You might be surprised.
You might be surprised. (Charisma archives)

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NOTE: This is part one of a two-part series.

As far back as I can remember, people have been speculating about the identity of the "Antichrist," an evil figure referenced in portions of the New Testament.

After President Ronald Wilson Reagan was shot and miraculously recovered in 1981, people made the ridiculous assertion that he was the prophesied evil figure of "end times." It didn't help that his first, middle and last name all had six letters (666). 

At that same time, others argued that the Antichrist was Soviet leader Mikhail Gorbachev or Muammar Gaddafi of Libya. Less than a decade later, evangelical and Pentecostal Christians were insisting that the "Man of sin" was actually Iraqi Saddam Hussein in the land once known as Babylon. 

Later, I learned that previous generations believed that the Antichrist was Benito Mussolini, Prime Minister of Italy, or Adolf Hitler of Nazi Germany. The actual listing of individuals identified with this role is quite long and ludicrous. Whatever nation happens to be the current enemy of America (or Israel) usually supplies us with the current candidate for the Antichrist.[1]

Obviously, there's a lot of misunderstanding and misapplication here. Many of our collective anxieties and fears are coloring our readings of the Bible. We're bringing into the text things Scripture never actually articulates. Much of this happens because of our confusion about the Bible and ignorance of the apocalyptic genre. We don't comprehend its intended meaning or its use of fierce imagery and symbols.

Where's the "Antichrist" in the Book of Revelation?

I want to begin this exploration by pointing out that there's no direct reference to the "Antichrist" in the book of Revelation. The term "Antichrist" only occurs five times in the Bible and all references are in the epistles of John. In the singular form, "Antichrist" is found in 1 John 2:18, 2:22, 4:3 and 2 John 1:7. Surprisingly, John also speaks of many antichrists (plural) in 1 John 2:18. Talking about this identity and role, John declares the following:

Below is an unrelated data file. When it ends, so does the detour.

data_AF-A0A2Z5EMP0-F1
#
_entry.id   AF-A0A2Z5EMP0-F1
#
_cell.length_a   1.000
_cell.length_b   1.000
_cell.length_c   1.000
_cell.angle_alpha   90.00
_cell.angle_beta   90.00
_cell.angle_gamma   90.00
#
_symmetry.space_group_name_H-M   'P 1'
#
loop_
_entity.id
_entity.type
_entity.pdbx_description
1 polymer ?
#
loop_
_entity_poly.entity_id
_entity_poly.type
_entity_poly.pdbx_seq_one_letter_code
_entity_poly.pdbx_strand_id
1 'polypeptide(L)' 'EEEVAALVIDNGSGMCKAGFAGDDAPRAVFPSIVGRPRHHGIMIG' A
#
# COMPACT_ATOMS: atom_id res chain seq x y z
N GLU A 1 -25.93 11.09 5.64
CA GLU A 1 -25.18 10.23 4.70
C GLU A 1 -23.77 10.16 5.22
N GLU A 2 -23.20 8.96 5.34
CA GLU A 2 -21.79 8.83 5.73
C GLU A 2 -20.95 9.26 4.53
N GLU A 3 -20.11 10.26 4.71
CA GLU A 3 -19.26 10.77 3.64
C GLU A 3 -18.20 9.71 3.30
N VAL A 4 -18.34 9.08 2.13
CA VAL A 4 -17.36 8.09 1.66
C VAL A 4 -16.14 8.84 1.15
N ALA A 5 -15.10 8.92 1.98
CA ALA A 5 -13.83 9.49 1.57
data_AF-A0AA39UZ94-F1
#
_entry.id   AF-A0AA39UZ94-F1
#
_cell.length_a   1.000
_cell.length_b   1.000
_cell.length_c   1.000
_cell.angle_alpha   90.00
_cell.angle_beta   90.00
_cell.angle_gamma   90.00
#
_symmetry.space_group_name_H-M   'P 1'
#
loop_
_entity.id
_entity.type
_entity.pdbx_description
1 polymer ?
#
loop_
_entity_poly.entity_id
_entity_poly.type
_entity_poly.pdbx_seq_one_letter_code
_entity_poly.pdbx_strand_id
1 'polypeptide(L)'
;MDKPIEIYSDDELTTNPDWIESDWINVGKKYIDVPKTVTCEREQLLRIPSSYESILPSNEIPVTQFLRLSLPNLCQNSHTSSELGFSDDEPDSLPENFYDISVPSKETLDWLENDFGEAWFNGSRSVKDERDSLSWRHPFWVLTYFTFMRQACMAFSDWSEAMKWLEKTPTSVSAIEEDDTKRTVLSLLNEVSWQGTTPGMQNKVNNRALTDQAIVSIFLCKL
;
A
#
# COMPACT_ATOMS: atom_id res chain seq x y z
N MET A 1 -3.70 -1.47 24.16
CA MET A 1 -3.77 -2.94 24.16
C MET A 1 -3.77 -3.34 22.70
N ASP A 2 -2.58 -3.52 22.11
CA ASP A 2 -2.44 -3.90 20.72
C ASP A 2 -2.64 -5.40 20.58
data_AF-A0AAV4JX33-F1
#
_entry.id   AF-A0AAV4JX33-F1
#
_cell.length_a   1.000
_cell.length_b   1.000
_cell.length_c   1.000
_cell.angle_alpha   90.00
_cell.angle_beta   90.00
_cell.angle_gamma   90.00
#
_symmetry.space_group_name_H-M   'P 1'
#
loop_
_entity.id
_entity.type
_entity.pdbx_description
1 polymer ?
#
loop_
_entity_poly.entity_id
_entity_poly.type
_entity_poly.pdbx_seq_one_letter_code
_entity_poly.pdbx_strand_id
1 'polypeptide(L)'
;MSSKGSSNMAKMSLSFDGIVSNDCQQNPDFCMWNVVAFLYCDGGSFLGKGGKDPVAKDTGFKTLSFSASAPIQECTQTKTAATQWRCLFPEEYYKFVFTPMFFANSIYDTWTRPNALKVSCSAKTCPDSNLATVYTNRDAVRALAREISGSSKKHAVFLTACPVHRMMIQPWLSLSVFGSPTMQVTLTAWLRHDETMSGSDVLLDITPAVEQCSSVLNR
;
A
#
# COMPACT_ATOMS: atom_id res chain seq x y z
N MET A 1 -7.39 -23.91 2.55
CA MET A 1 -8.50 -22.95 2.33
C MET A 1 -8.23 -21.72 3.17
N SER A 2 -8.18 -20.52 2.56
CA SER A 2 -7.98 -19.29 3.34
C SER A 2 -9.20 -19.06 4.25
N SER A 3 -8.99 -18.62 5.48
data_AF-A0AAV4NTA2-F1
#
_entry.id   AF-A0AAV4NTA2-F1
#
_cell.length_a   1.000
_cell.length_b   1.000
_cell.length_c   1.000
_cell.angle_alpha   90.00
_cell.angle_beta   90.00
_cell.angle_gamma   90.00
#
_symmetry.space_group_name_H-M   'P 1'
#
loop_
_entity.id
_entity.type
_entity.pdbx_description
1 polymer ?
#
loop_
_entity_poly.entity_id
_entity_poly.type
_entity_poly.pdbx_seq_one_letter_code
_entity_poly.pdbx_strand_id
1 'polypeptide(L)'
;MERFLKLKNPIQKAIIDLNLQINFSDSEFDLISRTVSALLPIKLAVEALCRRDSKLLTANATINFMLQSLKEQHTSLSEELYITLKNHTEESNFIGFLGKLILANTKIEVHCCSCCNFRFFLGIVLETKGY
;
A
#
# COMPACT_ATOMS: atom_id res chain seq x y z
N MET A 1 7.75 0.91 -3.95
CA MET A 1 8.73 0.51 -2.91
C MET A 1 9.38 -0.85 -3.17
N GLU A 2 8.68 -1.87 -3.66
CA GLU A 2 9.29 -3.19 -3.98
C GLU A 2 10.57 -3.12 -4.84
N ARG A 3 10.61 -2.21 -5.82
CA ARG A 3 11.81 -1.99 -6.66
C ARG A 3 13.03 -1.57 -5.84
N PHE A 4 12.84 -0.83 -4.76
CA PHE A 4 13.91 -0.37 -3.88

"And every spirit that does not confess that Jesus Christ has come in the flesh is not from God. This is the spirit of the antichrist, which you have heard is coming and is already in the world" (1 John 4:3).

In this passage, the "antichrist" is depicted as a type of "spirit" that affects unrighteous people and that it was already in the world in the first century. On the basis of this verse alone, we see that this term has a much different meaning than what popular religious thinking espouses. 

The "Beast" of Revelation

As I previously mentioned, the term "Antichrist" isn't found in the book of Revelation. However, many have observed what they consider to be a comparable term—"Beast." This depiction, found in chapters 13 and 17, describes a demonically inspired political leader who subverts God's people. Revelation's depiction of the "Beast" is the one that keeps people awake at night—fearful about the future.

As we move into this study, I must acknowledge that much of the data about the Beast is difficult to understand, mainly because of the literary style John employs. As already suggested, there's a lot of symbolism and fierce imagery. The words just aren't composed in a form that we're used to.

The question we are really trying to answer is "Who is the Beast of Revelation?" Is he some futuristic political leader or something else? Are we looking for him to come forth in the future or did he already come at some point in the past? In the following, we are going to look at aspects of the Bible and history to answer this question.

When we pose the question of the meaning of "beastly imagery" in the book of Revelation, we find that it shifts between the generic and the specific. Sometimes the Beast is pictured as a kingdom and sometimes as an individual leader in a kingdom.

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